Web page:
non aryan

Aryan

[air-ee-uhn, air-yuhn, ar-]
noun
1.
Ethnology. a member or descendant of the prehistoric people who spoke Indo-European.
2.
(in Nazi doctrine) a non-Jewish caucasian, especially of Nordic stock.
3.
(formerly) Indo-European.
4.
(formerly) Indo-Iranian.
adjective
5.
of or pertaining to an Aryan or the Aryans.
6.
(formerly) Indo-European.
7.
(formerly) Indo-Iranian.
Also, Arian.


Origin:
1785–95; < Sanskrit ārya of high rank (adj.), aristocrat (noun) + -an

non-Aryan, noun, adjective
pre-Aryan, adjective
pseudo-Aryan, adjective, noun
Dictionary.com Unabridged
Based on the Random House Dictionary, © Random House, Inc. 2014.
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World English Dictionary
Aryan or Arian (ˈɛərɪən)
 
n
1.  (in Nazi ideology) a Caucasian of non-Jewish descent, esp of the Nordic type
2.  a member of any of the peoples supposedly descended from the Indo-Europeans, esp a speaker of an Iranian or Indic language in ancient times
 
adj
3.  of, relating to, or characteristic of an Aryan or Aryans
 
adj, —n
4.  archaic Indo-European
 
[C19: from Sanskrit ārya of noble birth]
 
Arian or Arian
 
n
 
adj
 
adj, —n
 
[C19: from Sanskrit ārya of noble birth]

Collins English Dictionary - Complete & Unabridged 10th Edition
2009 © William Collins Sons & Co. Ltd. 1979, 1986 © HarperCollins
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Etymonline
Word Origin & History

Aryan
c.1600, as a term in classical history, from L. Arianus, Ariana, from Gk. Aria, Areia, names applied in classical times to the eastern part of ancient Persia and to its inhabitants. Ancient Persians used the name in ref. to themselves (O.Pers. ariya-), hence Iran. Ult. from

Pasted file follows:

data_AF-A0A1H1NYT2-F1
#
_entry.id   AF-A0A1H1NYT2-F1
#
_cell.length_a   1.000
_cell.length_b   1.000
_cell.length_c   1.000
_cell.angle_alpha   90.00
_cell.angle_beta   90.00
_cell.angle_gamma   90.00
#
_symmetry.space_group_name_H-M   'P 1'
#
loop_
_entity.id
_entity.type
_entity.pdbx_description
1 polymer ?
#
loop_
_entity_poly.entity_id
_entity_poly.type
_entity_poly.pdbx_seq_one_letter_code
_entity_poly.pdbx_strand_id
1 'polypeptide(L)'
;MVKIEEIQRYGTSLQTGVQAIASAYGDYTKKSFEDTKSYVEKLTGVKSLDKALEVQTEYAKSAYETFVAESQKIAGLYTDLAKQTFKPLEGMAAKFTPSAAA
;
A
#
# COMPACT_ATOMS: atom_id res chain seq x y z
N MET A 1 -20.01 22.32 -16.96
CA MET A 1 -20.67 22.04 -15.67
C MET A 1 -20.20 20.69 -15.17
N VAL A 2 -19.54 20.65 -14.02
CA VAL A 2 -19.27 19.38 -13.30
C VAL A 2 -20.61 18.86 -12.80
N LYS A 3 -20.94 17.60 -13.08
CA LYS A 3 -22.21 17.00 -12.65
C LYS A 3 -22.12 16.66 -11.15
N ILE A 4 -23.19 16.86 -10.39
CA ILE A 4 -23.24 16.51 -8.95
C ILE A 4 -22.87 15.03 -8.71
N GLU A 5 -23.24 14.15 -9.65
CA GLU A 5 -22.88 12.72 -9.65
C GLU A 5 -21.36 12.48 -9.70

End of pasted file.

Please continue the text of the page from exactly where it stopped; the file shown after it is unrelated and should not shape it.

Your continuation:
Skt. arya- "compatriot;" in later language "noble, of good family." Also the name Sanskrit-speaking invaders of India gave themselves in the ancient texts, from which early 19c. European philologists (Friedrich Schlegel, 1819, who linked the word with Ger. Ehre "honor") applied it to the ancient people we now call Indo-Europeans (suspecting that this is what they called themselves); this use is attested in Eng. from 1851. The term fell into the hands of racists, and in Ger. from 1845 it was specifically contrasted to Semitic (Lassen). Ger. philologist Max Müller (1823-1900) popularized the term in his writings on comparative linguistics, recommending it as the name (replacing Indo-European, Indo-Germanic, Caucasian, Japhetic) for the group of related, inflected languages connected with these peoples, mostly found in Europe but also including Sanskrit and Persian. Arian was used in this sense from 1839 (and is more philologically correct), but this spelling caused confusion with Arian, the term in ecclesiastical history. Gradually replaced in comparative linguistics c.1900 by Indo-European, except when used to distinguish I.E. languages of India from non-I.E. ones. Used in Nazi ideology to mean "member of a Caucasian Gentile race of Nordic type." As an ethnic designation, however, it is properly limited to Indo-Iranians (most justly to the latter) and has fallen from general academic use since the Nazi era.
Online Etymology Dictionary, © 2010 Douglas Harper
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